Focus of the research area Drive Technology
The research area Drive Technology deals, among other things, with transmission noise in vehicle transmissions. For this purpose, powertrain components are investigated under the influence of rotational irregularities. The rattling and clattering noises excited by the combustion engine are increasingly receding into the background in the course of the progressive electrification of powertrains, which is why new challenges in the area of reliability and service life are coming into focus.
Current research is looking at optimizing the service life of gears. These investigations also fall within the scope of Prognostics and Health Management (PHM). The goal of PHM is to determine the Remaining Useful Life (RUL) of components during operation. This prediction of the remaining service life can be used to design the components in a way that is suitable for the stresses they will be subjected to or to extend the service life by taking suitable measures.
The efficient use of resources is becoming increasingly important throughout the entire product development process, which is why aspects such as sustainability and resource conservation are increasingly becoming the focus of the development process. This is achieved, among other things, through energy balancing throughout the entire life cycle and through increased reusability and reprocessing of individual components. In the area of reprocessing, research is being conducted as part of an industry collaboration on evaluation criteria and suitable test methods for determining the RUL of components. From this, a method is being developed that will serve as a decision-making basis for the reuse of components in exchange transmissions.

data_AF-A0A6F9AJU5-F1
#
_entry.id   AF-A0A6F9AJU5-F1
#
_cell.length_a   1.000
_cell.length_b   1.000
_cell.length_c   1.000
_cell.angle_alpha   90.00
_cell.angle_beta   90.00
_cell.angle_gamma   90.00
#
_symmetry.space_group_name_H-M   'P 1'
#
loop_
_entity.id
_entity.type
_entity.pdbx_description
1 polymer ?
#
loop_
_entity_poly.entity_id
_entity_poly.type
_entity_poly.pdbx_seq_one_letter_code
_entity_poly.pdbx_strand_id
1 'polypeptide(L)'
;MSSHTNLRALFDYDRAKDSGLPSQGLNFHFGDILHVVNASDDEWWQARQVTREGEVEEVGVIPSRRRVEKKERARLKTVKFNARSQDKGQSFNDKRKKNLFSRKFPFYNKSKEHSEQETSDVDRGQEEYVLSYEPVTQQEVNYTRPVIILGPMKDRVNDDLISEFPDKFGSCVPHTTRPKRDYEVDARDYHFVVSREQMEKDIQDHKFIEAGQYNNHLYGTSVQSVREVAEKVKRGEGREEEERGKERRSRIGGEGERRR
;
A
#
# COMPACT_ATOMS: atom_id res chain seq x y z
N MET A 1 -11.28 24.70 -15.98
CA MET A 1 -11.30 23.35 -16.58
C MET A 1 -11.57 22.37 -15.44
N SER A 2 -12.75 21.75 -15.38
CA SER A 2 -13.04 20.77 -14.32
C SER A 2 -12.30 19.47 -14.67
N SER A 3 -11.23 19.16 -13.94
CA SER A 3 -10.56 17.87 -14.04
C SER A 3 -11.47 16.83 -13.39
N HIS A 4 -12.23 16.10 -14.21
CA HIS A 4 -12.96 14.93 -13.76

The Drive Technology department is also concerned with the internal combustion engine as part of the powertrain. The efficient utilization of available resources plays a decisive role during the development and utilization phase of large diesel engines. Due to the small quantities involved, PHM approaches are particularly suitable here. Hot parts are particularly stressed by the transient operation, which is why the focus is on an optimal service life of the exhaust gas turbocharger. Virtual sensors are developed and used here, since direct measurement of relevant loads is not possible without damaging the component. This allows the failure behavior due to the thermal load to be investigated and thus a RUL to be predicted.
- Vehicle transmission
- Transmission noise
- Vibration technology
- Service life optimization of gears
- Refabrication of gearboxes
- Virtual sensors for PHM application
- Hot parts of large diesel engines